In August 2012 a new law was passed in Japan to enhance job security for the more than 30% of employees working on limited term contracts. The law is supposed to ensure that after five years of continuous employment from the date the law comes into effect, 1 April 2013, that the worker is legally entitled to receive a contract without a term limit. This means your employer would need a real reason to end your employment. They would no longer be able just to tell you, “Thanks for your efforts, but your contract is up.”
However because of the efforts and influence of pro-business politicians and organisations, the law is full of loopholes which employers can exploit to undermine the law’s stated purpose, which is to increase employment security for workers on limited term contracts. For example, it doesn’t include time spent working for an employer before April 1st 2013 and time spent working for an employer before a six-month “cooling-off period” (break) in employment.
At the end of November the General Union received a letter from Osaka University (Handai) which stated that Handai was now considering the introduction of a five year limit on the renewal of contracts for its part time teachers. They brazenly stated this was to avoid the provisions of the new law and and prevent their part-time teachers from passing the five years and qualifying for a contract with no limit. Teachers who reached the limit would be forced to take “cooling off period” before being able to be re-employed with the university. The GU has heard rumours that both Ritsumeikan and Konan universities are planning to do the same. However, we don’t believe that teachers will take this lying down. On the 12th January GU held an information meeting attended by union members and other interested teachers. We in the process of contacting other unions to build the broadest possible response to these attacks.
What can you do if you discover your employer is planning to introduce a contract limit at the beginning of the 2013 academic year?
If you’re a union member, follow these steps. If you’re not yet a union member, join first and then follow these steps to join our fight back and protect your job.
1. With your current employer: If you are given a contract for next year which states any contract renewal limits, call us immediately. The union will negotiate directly for any teacher faced with a contract renewal limit. We will probably still advise you to sign the contract in order to secure your employment while we negotiate.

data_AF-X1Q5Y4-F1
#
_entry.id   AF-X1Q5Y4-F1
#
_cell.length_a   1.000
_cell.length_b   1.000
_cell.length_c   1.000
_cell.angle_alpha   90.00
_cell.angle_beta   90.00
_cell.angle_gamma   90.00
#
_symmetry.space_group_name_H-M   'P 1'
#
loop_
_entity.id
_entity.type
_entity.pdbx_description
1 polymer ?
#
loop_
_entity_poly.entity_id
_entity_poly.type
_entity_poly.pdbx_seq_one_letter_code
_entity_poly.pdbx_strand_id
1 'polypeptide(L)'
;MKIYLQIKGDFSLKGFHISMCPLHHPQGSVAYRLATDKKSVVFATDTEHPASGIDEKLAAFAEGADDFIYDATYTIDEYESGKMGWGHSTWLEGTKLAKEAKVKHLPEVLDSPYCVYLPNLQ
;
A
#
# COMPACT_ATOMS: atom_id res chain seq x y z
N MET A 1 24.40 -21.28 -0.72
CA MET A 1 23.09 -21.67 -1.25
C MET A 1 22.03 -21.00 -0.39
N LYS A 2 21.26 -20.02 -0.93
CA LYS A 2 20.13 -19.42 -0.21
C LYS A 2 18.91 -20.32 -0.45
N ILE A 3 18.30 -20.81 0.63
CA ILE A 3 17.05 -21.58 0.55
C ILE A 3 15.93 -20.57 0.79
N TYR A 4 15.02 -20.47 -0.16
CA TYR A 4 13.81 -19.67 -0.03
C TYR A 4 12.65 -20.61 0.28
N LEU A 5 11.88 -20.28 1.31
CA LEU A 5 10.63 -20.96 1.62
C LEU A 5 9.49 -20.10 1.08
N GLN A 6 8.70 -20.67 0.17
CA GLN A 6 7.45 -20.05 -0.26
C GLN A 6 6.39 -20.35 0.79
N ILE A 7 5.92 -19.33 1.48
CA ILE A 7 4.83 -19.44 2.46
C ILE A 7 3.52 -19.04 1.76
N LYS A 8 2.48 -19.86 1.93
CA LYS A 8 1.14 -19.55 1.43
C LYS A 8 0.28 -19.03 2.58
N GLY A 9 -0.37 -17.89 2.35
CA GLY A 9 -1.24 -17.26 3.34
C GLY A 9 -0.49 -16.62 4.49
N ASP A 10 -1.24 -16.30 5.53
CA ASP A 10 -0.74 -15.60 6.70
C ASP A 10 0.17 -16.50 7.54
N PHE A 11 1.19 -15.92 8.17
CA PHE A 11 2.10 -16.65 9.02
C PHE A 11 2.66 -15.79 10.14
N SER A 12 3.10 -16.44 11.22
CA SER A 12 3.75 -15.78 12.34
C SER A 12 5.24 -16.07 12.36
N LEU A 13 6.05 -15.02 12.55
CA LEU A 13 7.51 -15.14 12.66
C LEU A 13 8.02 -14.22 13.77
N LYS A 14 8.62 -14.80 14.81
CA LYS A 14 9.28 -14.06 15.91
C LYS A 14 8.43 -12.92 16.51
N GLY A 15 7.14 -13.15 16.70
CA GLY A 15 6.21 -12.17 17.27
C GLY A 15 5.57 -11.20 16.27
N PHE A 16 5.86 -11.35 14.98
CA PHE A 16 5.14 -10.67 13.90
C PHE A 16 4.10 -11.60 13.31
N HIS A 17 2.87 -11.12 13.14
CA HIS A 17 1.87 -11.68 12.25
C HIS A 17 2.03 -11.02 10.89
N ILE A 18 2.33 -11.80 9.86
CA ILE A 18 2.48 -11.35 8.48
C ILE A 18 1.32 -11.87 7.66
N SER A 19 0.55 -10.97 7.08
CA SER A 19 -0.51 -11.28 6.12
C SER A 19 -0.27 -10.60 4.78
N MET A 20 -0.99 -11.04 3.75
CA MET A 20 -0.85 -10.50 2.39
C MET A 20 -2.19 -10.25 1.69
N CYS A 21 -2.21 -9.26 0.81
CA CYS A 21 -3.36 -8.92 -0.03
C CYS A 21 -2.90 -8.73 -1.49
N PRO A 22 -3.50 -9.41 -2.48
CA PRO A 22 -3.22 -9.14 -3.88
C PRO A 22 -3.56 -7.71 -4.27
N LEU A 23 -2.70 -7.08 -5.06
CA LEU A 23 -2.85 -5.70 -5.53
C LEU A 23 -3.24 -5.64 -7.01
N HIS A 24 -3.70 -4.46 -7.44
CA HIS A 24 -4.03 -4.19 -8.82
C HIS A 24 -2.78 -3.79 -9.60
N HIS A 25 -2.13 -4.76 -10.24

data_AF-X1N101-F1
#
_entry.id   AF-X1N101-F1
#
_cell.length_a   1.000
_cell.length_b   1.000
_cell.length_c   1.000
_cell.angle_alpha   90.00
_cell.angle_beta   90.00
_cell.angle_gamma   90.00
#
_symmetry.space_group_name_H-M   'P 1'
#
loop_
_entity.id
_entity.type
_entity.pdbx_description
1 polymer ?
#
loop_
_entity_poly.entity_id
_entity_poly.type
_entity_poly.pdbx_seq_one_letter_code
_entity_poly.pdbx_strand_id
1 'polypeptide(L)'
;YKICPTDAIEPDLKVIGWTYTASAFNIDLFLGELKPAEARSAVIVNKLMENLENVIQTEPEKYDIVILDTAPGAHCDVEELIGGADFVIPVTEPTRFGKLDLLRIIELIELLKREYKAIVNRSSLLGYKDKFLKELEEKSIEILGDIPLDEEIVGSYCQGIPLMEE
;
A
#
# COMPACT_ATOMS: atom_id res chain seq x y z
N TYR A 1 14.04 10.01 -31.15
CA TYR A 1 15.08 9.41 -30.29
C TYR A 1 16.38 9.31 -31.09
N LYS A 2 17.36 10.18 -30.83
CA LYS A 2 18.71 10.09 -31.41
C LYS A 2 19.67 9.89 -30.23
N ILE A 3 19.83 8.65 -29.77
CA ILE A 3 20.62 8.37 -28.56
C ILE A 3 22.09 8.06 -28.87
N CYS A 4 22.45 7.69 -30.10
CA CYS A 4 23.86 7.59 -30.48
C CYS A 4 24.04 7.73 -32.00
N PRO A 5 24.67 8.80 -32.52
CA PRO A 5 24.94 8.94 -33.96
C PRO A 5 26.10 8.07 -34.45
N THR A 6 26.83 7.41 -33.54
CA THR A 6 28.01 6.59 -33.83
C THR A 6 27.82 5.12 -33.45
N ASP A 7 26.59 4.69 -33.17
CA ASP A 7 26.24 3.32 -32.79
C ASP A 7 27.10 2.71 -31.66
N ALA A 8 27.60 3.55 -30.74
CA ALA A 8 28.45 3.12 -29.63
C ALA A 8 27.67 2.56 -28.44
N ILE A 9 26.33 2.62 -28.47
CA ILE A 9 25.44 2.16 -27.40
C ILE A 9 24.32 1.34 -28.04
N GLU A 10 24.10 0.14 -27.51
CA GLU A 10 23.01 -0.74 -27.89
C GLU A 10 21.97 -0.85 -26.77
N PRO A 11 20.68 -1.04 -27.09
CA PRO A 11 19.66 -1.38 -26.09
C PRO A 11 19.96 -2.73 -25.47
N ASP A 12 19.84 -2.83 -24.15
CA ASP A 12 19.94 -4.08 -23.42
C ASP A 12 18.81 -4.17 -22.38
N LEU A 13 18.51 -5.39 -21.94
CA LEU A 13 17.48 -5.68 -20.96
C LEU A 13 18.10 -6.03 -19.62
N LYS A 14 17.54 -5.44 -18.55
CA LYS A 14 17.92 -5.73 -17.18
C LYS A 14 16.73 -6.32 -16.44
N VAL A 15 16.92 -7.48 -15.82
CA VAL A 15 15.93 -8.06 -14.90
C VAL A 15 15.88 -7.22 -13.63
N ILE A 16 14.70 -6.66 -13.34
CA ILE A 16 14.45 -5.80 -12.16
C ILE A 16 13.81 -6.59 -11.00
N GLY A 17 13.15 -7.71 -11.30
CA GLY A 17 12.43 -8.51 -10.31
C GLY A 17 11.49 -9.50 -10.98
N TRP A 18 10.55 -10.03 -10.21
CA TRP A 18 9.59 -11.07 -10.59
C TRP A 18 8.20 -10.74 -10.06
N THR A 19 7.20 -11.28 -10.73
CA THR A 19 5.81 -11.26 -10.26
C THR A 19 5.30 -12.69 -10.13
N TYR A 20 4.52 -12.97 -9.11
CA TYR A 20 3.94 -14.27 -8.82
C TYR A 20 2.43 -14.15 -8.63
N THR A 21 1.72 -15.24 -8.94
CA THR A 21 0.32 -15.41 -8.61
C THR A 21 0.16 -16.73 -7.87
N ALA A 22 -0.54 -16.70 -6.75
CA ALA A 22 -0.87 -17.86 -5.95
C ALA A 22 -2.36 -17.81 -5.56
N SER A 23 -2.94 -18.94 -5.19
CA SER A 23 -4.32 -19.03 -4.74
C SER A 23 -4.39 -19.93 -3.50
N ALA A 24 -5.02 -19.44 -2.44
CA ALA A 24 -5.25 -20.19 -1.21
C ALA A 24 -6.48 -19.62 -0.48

The union believes that a separate clause of the new law means limits on contract renewal introduced unilaterally are invalid and are probably unenforceable for existing employees. However we don’t want to wait five years for court decisions. We need to negotiate and apply pressure on employers to drop the limits as soon as possible.
2. With a new employer: If given a new contract which includes a contract limit you need to let us now. Again, we will probably advise you to sign first to secure the new job, but you should contact us so that we can decide what is best in your case. The union will also submit demands with these employers. Even though the contract renewal limits are not illegal for a new post, we believe that through negotiation, dispute, and social pressure, we can stop employers from abusing loopholes to rob you of your rights.
3. One more quick note. The law regarding the non-limited term employment starts on 1 April. If you are asked to sign a one year contract which starts (not the date signed) before 1 April even though you have a contract till 31 March, again, please let us know. If the contract starts before 1 April you will not pass five years until 2019 (one year late).
What else is the union doing?
Along with studying this law internally we are providing workshops for our members and non members to prepare our campaign.
Soon we will be sending out a questionnaire to universities in the Kansai region asking them about their intentions and warning them off contract limits, especially for current employees.
Where contract limits are rumoured, and we have members, the union will also submit demands for elimination of contract renewal limits when members OK the demands.
Union membership can make the difference between being a victim of this law and enjoying its benefits. If you are not a union member, them it’s time to consider joining.